Crosby, originally known as Croshbyr (Sudric for Cross Farm), is a small seaside town renowned for its fresh air.
Crosby's name derives from the remarkable stone cross which stands on a mound in the churchyard. It is unique on the Island of Sodor and though it bears an affinity to that at Gosforth in Cumbria, anything quite like it has been seen anywhere else. It dates from the early 11th Century when the revival of Christianity on the Island began to take hold.
A cross of Celtic pattern is mounted 10ft above ground on a single slab of stone. It is a Preaching Cross and the carvings on each of the four faces give some idea of the method missionaries had to use in order to get their message across to people steeped in Norse mythology. Beginning with the south face and working round clockwise, each face portrays legends with which all were then familiar. The Creation of the World is represented with the First and Golden Age. The Wars of the Gods then shatter this harmony. This leads to The Gods' Twilight with Chaos supervening. Finally the eastern face portrays the coming of the promised Son of the Gods - the All Powerful - and the Dawn of a New Age. This consummation is shown by the Crucifixion with Mary Magdalene and Longinus at the foot of the cross, while the final triumph of good is symbolised below them by The Lamb trampling serpents under foot.
The cross stood undisturbed for some 600 years until James Catherick, a Puritan preacher from the Isle of Man was intruded into the benefice during the Commonwealth. Catherick took great exception to "graven images" and called repeatedly for the destruction of "this monstrous idol". Crosby people were outraged. It is not to be supposed that they appreciated its value, but it was theirs and with true Sudrian spirit they were not going to allow any foreigner to tell them what to do with it. They sent word to their real Vicar, the Rev. Samuel Heyhoe and waited for their opportunity.
Since no Crosby people would volunteer to help him, Catherick had to enlist "godly helpers" from outside. Two days later he returned to find that in his absence the Cross had "unaccountably" disappeared. Catherick was furious. Not only had he been made to look a fool, but he was also out of pocket; for in order to induce his "godly helpers" to come at all, he had had to pay them in advance and this payment they now flatly refused to return. As was to be expected he was unable to get any information from the village. All professed to be as surprised and mystified as he, but he could not escape the impression that behind their dead-pan faces the whole village was laughing at him. Legend has it that Hell Fire, Brimstone and the Dreadful Fate of Sinners loomed large in his sermons for the next few months.
At the Restoration, Mr Heyhoe was re-instated and a few weeks later the Cross, little the worse for its adventure, was levered into its socket amid general rejoicing. It is regretted by some that the church does not match the cross. Little remains of the original 11th Century building. The first church was a small one consisting of nave and chancel only. This, with embellishments put in during the 13th and 14th Centuries, survived until the 1860's and by then was in great need of restoration. Crosby’s popularity as a health resort had then begun and the need was felt for a larger building to match the town's expected growth. The old church was accordingly pulled down and reconstructed. Aisles were added on both sides of the nave and the result was virtually a new church with little reference to the old. Its links with past ages were lost, but as a Victorian period piece it nevertheless has its charm. One link with the churchyard cross there is, albeit a tenuous one. Walk down the centre aisle to the Chancel arch and lift the carpet at the foot of the pulpit steps. A stone slab covers James Catherick’s remains laid here at his own wish in 1659. The epitaph reads:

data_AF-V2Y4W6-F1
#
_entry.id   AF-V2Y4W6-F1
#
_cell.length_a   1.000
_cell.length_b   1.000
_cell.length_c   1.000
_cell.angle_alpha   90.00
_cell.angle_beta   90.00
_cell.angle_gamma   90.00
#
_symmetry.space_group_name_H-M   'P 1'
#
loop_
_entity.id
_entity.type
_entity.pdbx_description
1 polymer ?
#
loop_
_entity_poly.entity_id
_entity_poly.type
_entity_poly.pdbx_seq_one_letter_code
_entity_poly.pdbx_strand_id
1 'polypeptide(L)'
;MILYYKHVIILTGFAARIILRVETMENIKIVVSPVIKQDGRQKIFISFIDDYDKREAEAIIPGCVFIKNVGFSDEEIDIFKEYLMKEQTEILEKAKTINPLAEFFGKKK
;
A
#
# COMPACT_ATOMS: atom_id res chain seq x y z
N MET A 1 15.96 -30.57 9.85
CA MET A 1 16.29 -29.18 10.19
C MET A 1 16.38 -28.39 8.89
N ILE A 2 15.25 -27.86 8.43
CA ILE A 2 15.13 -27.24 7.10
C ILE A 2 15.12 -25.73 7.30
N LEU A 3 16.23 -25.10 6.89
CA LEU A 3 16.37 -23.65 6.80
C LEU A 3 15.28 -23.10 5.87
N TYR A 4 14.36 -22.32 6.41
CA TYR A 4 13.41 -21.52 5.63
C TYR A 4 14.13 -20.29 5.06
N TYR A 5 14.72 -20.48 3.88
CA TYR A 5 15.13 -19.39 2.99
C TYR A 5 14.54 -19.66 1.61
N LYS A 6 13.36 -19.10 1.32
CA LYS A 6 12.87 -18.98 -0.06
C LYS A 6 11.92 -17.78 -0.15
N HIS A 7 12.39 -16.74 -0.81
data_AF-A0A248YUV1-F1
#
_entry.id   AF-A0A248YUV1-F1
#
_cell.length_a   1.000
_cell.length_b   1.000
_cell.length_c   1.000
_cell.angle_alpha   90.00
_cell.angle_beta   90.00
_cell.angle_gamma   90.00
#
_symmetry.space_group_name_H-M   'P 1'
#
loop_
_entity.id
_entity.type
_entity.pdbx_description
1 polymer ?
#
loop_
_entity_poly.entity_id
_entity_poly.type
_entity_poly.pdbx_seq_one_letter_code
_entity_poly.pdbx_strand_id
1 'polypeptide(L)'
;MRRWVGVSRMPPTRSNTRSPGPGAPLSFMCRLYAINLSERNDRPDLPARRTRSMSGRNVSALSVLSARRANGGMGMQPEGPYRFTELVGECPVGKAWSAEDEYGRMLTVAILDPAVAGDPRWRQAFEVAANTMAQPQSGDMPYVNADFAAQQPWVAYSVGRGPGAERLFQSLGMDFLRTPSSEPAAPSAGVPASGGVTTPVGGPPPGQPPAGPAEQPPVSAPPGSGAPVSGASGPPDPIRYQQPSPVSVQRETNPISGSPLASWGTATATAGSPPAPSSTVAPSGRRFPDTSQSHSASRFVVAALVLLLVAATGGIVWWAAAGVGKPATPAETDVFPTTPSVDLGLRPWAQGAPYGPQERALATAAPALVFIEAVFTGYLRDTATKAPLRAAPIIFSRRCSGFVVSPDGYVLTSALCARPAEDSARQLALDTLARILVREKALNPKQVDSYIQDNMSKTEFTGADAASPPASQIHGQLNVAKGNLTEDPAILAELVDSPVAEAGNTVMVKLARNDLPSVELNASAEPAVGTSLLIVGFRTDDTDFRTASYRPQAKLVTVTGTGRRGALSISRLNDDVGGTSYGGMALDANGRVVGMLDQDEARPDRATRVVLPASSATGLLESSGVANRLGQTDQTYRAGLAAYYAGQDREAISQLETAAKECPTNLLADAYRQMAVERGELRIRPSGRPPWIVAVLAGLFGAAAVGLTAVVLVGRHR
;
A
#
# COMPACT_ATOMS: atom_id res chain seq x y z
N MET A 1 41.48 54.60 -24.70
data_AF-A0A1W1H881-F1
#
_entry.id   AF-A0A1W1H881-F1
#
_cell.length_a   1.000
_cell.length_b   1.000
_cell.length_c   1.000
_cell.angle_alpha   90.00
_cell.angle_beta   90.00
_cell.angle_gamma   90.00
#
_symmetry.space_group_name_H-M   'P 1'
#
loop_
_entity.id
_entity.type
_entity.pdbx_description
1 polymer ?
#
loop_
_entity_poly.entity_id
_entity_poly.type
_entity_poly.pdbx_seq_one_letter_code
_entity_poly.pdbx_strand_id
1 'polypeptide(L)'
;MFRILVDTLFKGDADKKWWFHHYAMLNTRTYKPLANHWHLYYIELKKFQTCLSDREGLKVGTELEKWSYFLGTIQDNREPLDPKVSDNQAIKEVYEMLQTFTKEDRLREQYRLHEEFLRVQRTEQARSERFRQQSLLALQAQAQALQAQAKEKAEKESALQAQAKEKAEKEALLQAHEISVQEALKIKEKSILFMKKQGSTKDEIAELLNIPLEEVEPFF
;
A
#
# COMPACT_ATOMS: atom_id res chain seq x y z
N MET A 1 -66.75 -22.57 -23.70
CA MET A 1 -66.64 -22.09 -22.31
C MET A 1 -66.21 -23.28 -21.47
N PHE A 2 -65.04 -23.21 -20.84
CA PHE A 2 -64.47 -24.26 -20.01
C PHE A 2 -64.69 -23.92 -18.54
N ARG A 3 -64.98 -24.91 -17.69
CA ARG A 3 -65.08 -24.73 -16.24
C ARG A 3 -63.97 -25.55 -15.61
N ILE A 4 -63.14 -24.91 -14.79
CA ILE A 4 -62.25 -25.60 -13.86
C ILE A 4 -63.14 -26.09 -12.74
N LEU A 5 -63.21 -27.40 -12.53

"James Catherick lies here, whose name alone the pulpit will preserve, without this stone".
None of his sermons have survived; nevertheless his attempt to destroy their Cross and their success in foiling it, has kept Catherick's memory green in Crosby's local legend. For the rest, Crosby is a quiet seaside town with the same salubrious air as Wellsworth and is popular with visitors and convalescents alike.
From 1870 until 1912, Crosby was the Wellsworth and Suddery Railway's terminus; then the line was extended to Knapford following the agreement made in that year to amalgamate with the Tidmouth, Knapford and Elsbridge Light Railway. During the same year, a tunnel about 1.6 kilometres (1 mile) in length was built.
In the Television Series
In the television series, it appeared in the second and fifth seasons. It was later mentioned in the seventeenth season episode, Gordon Runs Dry. The station consists of two platforms, each with a building and connected by a footbridge, with three lines running through.
The Crosby Coal Company is located here. According to some magazines, a castle is located near the station as well. Gordon once collided with the last truck of Duck's train here, when George blocked the line.
- Henry the Green Engine - Henry's Sneeze
- Edward the Blue Engine - Bertie's Chase
- Duck and the Diesel Engine - A Close Shave
- Season 2 - Cows, Old Iron, A Close Shave, Wrong Road and Edward's Exploit
- Season 5 - Bye George! and Busy Going Backwards
- Season 17 - Gordon Runs Dry (mentioned)
- On some maps of Sodor, it is misspelt "Crusby".
- The barber shop was removed from the siding in the fifth season.